This work may not be copied, distributed, displayed, published, reproduced, transmitted, modified, posted, sold, licensed, or used for commercial purposes. By downloading this file, you are agreeing to the publisher’s Terms & Conditions.

Original Research

Evaluating the Impact of an Educational Program on Practice Patterns of Canadian Family Physicians Interested in Depression Treatment

Stanley Paul Kutcher, MD, FRCPC; Bianca Aurora Lauria-Horner, MD; Connie Marian MacLaren, BScN, MHSA; and Maja Bujas-Bobanovic, MD, MSc

Published: December 1, 2002

Article Abstract

Background: Depression is frequently unrecognized and undertreated. Therefore, there is a need to increase the knowledge and skills of primary care physicians regarding the diagnosis and treatment of depression. The aim of this study was to provide, and evaluate the impact of, a brief educational program with a number of practice tools and resources in order to improve family physicians’ knowledge, diagnosis, and treatment of depression.

Methods: Two educational programs (general and enhanced) were delivered to family physicians interested in depression treatment. The enhanced program focused on more practical clinical issues such as use of diagnostic and symptom assessment tools, recommended dosing of citalopram, how to initiate and discontinue treatment, and relapse prevention. Physicians’ knowledge of depression was assessed pretraining and posttraining. Chart audits were conducted for 6 months. Primary endpoints were recognition of depression and pharmacologic management (initial dose, maximum dose, length of treatment, adverse events, and concomitant psychotropic drugs). Secondary endpoints were patient satisfaction with treatment, compliance, withdrawal from the study, treatment outcome, use of adjunctive psychotherapy, and number of office visits.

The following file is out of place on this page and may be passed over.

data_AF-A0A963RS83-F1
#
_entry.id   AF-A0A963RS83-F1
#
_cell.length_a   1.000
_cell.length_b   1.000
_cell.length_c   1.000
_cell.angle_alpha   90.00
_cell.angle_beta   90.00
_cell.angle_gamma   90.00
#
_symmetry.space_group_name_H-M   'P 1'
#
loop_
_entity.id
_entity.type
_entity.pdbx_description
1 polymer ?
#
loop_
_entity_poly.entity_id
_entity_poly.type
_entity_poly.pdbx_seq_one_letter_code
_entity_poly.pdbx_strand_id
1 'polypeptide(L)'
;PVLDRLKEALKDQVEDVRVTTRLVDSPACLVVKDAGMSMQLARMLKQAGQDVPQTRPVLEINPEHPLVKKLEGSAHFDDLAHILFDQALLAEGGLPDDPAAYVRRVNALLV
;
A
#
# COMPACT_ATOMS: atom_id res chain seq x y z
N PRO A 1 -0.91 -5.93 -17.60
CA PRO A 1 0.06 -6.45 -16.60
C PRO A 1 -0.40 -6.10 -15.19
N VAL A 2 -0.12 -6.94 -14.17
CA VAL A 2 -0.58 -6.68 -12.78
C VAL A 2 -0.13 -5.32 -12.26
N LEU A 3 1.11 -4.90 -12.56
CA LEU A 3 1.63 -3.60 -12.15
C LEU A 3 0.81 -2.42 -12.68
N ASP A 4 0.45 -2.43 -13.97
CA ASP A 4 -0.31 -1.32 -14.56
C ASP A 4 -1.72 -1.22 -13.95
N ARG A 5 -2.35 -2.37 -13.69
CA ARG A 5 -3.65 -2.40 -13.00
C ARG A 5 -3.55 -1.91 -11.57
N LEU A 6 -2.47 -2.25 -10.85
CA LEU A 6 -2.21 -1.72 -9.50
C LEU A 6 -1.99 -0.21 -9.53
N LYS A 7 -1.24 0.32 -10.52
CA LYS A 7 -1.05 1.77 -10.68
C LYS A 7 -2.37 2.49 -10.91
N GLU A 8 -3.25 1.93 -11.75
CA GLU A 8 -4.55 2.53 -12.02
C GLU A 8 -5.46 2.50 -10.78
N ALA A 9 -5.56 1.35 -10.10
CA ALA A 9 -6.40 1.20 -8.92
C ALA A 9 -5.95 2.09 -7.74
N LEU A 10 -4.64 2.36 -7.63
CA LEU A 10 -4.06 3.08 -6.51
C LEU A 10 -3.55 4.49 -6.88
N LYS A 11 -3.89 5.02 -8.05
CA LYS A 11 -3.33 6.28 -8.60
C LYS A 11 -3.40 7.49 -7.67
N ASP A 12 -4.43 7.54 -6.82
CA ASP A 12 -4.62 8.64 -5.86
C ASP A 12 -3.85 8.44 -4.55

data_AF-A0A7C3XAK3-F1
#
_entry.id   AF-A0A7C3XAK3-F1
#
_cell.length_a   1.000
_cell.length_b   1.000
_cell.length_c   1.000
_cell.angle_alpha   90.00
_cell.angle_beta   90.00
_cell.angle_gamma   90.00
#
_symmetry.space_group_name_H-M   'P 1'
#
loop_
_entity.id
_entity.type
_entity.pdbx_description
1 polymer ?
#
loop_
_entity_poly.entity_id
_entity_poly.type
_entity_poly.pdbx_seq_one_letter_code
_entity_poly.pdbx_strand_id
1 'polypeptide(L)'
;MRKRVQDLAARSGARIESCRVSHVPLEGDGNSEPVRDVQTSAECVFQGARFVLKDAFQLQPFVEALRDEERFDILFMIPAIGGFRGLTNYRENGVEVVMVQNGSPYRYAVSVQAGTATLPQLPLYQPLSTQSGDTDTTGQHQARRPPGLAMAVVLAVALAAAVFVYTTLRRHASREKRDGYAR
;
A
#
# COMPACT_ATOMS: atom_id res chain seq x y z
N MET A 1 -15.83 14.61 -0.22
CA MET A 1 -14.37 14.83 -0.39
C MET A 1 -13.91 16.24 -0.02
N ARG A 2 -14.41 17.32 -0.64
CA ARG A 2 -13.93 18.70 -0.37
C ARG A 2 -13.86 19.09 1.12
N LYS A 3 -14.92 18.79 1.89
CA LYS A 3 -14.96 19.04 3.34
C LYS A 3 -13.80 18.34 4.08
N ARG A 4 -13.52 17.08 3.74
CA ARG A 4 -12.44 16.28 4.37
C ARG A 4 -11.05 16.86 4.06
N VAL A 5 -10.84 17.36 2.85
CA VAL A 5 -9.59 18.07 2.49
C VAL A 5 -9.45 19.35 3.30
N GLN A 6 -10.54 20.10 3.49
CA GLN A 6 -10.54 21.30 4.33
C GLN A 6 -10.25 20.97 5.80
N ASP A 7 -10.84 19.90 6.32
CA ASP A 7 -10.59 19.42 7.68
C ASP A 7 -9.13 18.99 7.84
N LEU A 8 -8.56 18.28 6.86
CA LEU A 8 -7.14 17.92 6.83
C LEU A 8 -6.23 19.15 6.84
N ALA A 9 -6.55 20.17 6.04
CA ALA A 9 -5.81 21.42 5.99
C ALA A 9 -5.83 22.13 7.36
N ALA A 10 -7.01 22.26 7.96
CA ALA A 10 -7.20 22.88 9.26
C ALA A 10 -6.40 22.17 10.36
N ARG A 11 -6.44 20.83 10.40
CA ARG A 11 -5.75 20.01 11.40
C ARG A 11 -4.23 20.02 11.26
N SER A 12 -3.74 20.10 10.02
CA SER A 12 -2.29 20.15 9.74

Results: There was a global increase in physicians’ knowledge of depression in the short term. Physicians in the enhanced group were more likely to use a symptom-based diagnostic checklist, record the diagnosis of depression, and prescribe the recommended initial dose of citalopram, and they referred less frequently for adjunctive psychotherapy. No difference between educational intervention groups was found in patient satisfaction, compliance, and treatment outcome.

Conclusions: A well-designed brief, simple, and low-cost educational program can increase family physicians’ knowledge of depression, improve their diagnostic skills, and optimize their treatment of depression.

Some JCP and PCC articles are available in PDF format only. Please click the PDF link at the top of this page to access the full text.

Related Articles

Volume: 4

Quick Links: